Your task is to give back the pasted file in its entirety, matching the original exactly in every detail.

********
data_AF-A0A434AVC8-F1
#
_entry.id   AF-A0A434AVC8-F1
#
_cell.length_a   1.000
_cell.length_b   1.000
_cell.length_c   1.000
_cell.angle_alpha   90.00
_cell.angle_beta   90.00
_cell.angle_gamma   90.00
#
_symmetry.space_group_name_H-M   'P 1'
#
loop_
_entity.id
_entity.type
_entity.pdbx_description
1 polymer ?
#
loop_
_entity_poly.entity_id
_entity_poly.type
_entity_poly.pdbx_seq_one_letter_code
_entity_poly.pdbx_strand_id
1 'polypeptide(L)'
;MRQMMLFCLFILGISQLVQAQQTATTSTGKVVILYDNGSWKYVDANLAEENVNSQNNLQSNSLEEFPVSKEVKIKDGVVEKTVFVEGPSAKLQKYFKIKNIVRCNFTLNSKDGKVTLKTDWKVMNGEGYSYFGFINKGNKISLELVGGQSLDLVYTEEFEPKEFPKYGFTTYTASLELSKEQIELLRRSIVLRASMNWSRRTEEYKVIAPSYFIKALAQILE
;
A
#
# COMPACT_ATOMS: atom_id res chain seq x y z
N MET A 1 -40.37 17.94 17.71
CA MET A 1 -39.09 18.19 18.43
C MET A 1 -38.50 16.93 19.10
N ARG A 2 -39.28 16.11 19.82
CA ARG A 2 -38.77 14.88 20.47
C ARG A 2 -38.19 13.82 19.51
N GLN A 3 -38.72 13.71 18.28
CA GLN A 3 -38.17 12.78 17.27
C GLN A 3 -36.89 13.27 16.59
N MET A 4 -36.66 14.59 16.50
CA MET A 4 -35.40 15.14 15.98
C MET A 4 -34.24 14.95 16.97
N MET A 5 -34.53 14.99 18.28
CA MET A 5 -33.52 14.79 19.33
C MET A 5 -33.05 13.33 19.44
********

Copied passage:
data_AF-A0A434AVC8-F1
#
_entry.id   AF-A0A434AVC8-F1
#
_cell.length_a   1.000
_cell.length_b   1.000
_cell.length_c   1.000
_cell.angle_alpha   90.00
_cell.angle_beta   90.00
_cell.angle_gamma   90.00
#
_symmetry.space_group_name_H-M   'P 1'
#
loop_
_entity.id
_entity.type
_entity.pdbx_description
1 polymer ?
#
loop_
_entity_poly.entity_id
_entity_poly.type
_entity_poly.pdbx_seq_one_letter_code
_entity_poly.pdbx_strand_id
1 'polypeptide(L)'
;MRQMMLFCLFILGISQLVQAQQTATTSTGKVVILYDNGSWKYVDANLAEENVNSQNNLQSNSLEEFPVSKEVKIKDGVVEKTVFVEGPSAKLQKYFKIKNIVRCNFTLNSKDGKVTLKTDWKVMNGEGYSYFGFINKGNKISLELVGGQSLDLVYTEEFEPKEFPKYGFTTYTASLELSKEQIELLRRSIVLRASMNWSRRTEEYKVIAPSYFIKALAQILE
;
A
#
# COMPACT_ATOMS: atom_id res chain seq x y z
N MET A 1 -40.37 17.94 17.71
CA MET A 1 -39.09 18.19 18.43
C MET A 1 -38.50 16.93 19.10
N ARG A 2 -39.28 16.11 19.82
CA ARG A 2 -38.77 14.88 20.47
C ARG A 2 -38.19 13.82 19.51
N GLN A 3 -38.72 13.71 18.28
CA GLN A 3 -38.17 12.78 17.27
C GLN A 3 -36.89 13.27 16.59
N MET A 4 -36.66 14.59 16.50
CA MET A 4 -35.40 15.14 15.98
C MET A 4 -34.24 14.95 16.97
N MET A 5 -34.53 14.99 18.28
CA MET A 5 -33.52 14.79 19.33
C MET A 5 -33.05 13.33 19.44